Implementing the Goods and Services Tax (GST) risks resulting in the loss of over 20,000 indirect jobs in the mining sector if government insists on implementing it from January 2020, the Zambia Chamber of Mines has warned.
And the Chamber says government is on course to losing an estimated $140 million in mining tax revenues resulting from the implementation of the 2019 mining fiscal regime.
Speaking after the presentation of the Chamber’s latest report on the impact of the Sales Tax dubbed: “A Tax Too Far”, Zambia Chamber of Mines chief executive officer Sokwani Chilembo said around 40 per cent of indirect employment in the mining sector will be lost should the government proceed to implement the GST on January 1, 2020.
Despite three postponements on its implementation date, government has so far insisted on implementing the controversial GST, arguing that the Value Added Tax (VAT) system had been abused by exporters, mainly mining companies.
Industry experts have, however, consistently warned that government’s attempt to implement Sales Tax in its current form will trigger huge job losses along the supply chain owing to the threatening cascading effect of applying tax-on-tax, possibly forcing out distributors and rendering them obsolete.
“For ourselves, we are looking at 40 per cent of indirect employment, which is a significant number, north of 20,000,” Chilembo told journalists at the Southern Sun Hotel in Lusaka, Wednesday.
Zambia Chamber of Mines president Goodwell Mateyo explained during the presentation that the GST will have devastating effects on jobs in the mining sector owing to the huge costs being incurred by mining houses to factor in a new tax.
In a comprehensive value-chain analysis of fuel imports under the GST, Mateyo demonstrated that mining companies would be subjected to a compounded 37.8 per cent in total taxes payable for just one input, compared to zero per cent under the VAT system.
The GST rate on imported goods into Zambia will be at 16 per cent, while the rate on domestic goods and services supplied within the country will be at nine per cent.
“So, that’s only one example, it’s only fuel, but we must bear in mind that in the mining process, you have several other inputs: you have explosives; you have electricity; you have capital goods; you have machinery, which will also have a typical cascading effect in increasing costs. So if on one input, we see fuel, we see a 40 per cent increase, you can imagine what that would like if you look at the rest of the other inputs in the mining industry,” Mateyo explained.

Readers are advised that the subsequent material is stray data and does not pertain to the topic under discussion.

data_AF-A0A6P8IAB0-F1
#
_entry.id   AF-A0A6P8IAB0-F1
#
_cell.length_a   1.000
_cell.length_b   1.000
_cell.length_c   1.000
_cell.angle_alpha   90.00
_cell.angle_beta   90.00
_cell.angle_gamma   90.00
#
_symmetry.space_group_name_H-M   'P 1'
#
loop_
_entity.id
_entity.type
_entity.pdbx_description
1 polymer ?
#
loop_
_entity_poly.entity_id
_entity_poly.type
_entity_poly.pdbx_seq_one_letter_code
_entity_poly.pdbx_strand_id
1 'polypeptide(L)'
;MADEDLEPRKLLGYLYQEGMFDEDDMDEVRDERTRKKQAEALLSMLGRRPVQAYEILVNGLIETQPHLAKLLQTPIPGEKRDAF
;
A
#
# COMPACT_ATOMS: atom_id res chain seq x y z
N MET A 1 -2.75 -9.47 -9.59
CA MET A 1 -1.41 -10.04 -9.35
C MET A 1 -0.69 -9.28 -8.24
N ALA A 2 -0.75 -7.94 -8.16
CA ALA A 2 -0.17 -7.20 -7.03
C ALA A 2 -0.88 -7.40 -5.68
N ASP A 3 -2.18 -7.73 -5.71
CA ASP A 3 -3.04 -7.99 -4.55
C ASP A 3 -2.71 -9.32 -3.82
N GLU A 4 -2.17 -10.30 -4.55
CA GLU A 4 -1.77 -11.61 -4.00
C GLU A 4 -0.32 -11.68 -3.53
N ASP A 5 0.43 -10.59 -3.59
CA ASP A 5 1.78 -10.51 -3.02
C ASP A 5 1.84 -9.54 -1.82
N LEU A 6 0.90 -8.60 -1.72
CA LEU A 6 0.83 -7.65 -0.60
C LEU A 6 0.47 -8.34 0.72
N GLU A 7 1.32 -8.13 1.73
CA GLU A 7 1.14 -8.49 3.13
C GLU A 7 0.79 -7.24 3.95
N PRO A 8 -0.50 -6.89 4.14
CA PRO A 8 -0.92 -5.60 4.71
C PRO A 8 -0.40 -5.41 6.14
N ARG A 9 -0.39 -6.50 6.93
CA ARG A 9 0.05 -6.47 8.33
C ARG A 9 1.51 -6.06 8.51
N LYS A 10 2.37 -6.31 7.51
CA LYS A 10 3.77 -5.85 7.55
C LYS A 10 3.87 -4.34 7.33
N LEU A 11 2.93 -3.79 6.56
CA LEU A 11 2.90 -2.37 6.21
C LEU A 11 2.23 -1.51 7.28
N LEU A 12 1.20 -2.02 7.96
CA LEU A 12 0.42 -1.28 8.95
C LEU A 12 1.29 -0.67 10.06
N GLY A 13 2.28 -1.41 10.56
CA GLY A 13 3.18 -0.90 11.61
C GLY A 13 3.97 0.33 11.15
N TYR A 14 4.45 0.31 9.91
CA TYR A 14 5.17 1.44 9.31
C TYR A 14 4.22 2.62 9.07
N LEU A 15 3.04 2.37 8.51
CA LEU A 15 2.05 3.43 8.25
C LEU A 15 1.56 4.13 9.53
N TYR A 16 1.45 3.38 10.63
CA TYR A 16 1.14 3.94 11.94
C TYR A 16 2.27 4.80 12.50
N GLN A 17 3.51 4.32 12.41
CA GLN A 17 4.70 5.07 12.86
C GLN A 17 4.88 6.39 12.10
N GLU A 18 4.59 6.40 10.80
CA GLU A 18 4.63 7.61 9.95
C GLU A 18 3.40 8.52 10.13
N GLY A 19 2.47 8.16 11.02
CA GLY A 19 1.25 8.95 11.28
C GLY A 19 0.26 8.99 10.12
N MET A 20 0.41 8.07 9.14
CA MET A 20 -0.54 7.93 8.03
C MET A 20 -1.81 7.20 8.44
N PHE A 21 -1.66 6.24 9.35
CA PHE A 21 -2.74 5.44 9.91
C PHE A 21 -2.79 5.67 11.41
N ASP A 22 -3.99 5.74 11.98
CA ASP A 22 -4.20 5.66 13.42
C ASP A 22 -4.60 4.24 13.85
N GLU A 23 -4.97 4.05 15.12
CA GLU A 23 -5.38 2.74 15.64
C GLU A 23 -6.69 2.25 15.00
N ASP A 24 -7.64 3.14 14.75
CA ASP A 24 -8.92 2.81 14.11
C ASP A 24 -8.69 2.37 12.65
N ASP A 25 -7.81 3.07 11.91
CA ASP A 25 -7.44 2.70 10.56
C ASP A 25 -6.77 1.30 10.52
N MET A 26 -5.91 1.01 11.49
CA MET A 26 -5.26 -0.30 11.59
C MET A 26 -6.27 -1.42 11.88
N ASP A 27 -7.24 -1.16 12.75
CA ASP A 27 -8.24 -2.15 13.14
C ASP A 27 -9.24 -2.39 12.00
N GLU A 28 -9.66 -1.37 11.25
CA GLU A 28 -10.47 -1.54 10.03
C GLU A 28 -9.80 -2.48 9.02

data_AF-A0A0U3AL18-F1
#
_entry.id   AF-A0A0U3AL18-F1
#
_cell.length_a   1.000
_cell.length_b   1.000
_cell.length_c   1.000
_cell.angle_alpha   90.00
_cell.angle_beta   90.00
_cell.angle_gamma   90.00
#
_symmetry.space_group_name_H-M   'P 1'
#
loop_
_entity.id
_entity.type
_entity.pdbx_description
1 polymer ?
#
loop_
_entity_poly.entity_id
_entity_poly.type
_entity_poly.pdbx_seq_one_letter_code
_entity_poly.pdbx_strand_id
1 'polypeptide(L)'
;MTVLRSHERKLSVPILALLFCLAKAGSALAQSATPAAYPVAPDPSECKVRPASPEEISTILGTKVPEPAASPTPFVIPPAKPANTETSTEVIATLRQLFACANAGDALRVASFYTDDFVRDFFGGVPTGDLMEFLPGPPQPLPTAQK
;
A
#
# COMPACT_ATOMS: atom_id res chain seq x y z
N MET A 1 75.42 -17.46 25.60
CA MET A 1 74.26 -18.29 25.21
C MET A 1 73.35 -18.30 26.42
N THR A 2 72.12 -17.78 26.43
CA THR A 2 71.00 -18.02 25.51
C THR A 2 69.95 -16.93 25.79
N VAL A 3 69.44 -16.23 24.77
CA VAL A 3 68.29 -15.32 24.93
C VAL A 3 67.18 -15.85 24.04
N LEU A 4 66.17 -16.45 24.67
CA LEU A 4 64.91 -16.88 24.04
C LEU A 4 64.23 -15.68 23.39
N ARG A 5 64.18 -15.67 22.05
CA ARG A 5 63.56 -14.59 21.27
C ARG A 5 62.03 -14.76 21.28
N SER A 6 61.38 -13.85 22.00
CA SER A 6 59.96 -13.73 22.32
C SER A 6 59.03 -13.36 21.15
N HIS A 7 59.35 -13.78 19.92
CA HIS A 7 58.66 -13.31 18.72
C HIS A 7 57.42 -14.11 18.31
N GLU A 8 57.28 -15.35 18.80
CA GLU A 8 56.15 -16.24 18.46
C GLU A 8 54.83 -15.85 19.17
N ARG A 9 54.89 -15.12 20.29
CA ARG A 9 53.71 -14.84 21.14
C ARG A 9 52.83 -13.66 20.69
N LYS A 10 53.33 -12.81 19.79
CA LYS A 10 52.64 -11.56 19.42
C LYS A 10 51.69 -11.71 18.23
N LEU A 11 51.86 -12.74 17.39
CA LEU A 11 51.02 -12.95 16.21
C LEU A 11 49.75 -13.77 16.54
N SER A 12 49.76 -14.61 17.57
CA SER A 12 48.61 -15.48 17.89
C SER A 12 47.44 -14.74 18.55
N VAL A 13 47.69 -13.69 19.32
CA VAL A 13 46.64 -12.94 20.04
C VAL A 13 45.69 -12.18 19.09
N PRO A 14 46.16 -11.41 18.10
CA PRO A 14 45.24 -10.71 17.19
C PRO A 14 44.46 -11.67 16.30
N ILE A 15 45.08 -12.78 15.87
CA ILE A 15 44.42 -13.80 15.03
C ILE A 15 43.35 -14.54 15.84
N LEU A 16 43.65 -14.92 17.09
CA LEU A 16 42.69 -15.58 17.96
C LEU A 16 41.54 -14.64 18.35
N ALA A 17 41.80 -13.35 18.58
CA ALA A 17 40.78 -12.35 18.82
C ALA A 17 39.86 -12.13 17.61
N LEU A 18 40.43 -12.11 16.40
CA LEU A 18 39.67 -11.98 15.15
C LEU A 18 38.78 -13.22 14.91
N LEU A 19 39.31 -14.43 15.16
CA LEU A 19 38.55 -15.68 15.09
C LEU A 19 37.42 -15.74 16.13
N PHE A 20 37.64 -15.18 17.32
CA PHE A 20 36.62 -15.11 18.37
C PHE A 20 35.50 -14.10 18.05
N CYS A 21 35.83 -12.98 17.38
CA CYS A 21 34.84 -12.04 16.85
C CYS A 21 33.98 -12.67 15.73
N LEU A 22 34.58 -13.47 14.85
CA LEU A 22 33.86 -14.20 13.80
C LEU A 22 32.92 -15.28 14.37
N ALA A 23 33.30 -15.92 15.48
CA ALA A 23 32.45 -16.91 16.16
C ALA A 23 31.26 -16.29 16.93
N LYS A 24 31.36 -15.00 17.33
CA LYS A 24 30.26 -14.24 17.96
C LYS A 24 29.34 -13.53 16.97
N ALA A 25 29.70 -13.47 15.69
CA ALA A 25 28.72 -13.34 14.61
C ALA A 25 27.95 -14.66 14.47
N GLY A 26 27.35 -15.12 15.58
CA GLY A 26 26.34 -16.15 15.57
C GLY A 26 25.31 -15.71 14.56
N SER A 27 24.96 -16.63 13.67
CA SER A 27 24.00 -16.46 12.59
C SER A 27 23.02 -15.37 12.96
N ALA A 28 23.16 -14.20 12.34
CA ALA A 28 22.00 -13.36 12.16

“What is this going to result in the mining industry? There are several options. The first thing is that the mining companies either absorb these extra costs, which are at a minimum of 40 per cent just for fuel alone. One of the other things they could do is share these costs with suppliers. The other thing that could be done is to cut the supply chain. So, for instance, instead of having the local company provide the fuel, you import directly from outside, and you do the same thing with machinery; rather than having Atlas Copco in Chingola…simply import all of that machinery directly from South Africa. What that then means is all of those jobs and extra taxes being paid by these companies disappear overnight!”
Mateyo, who is also Mopani Copper Mines’ general legal counsel, argued that implementing the GST next year would equally lead to Zambia’s mining sector being less competitive internationally.
“Let’s not just look at this from our own domestic perspective, let’s put this in context; what is everyone else doing internationally? So, we decided to benchmark against three international mining destinations: Panama, Canada and Australia. Looking at how their VAT or Sales Tax system works, we find that it works to the VAT system that’s currently in place. We see that implementing a Sales Tax leaves our mining industry at a point where it’s uncompetitive! It costs significantly more to mine a tonne of ore or metal under a Sales Tax regime than it does under a VAT regime,” he observed.
And Mateyo disclosed that government would lose $140 million in mining tax revenues once it implements the 2019 mining tax regime currently under contention.
“Assuming that the 2018 mining tax regime had been maintained, where would we have been? So, in 2018, we had that US $525 million (in mining tax revenues), which, actually did materialize. If the mining tax regime had been maintained at that level without tinkering with it, purely from increased production and increased profit margins, that figure would have risen to US $585 million in 2019, and further in 2020! In fact, when we compare that US $585 million versus the US $445 million that we forecast for this year, we see that in increasing taxes for this year, government has actually been out of pocket by US $140 million,” revealed Mateyo.
The Chamber’s latest report on the impact of the Sales Tax, dubbed: “A Tax Too Far, the economic impact of Zambia’s proposed Sales Tax” examines the consequences of getting scrapping the current VAT system in favour of the GST.
Part of the report reveals that the imposition of the Sales Tax would drive out several businesses, citing the indirect employment base of some 90,000 jobs (at a 1:3 ratio of direct to indirect jobs), that remained at risk.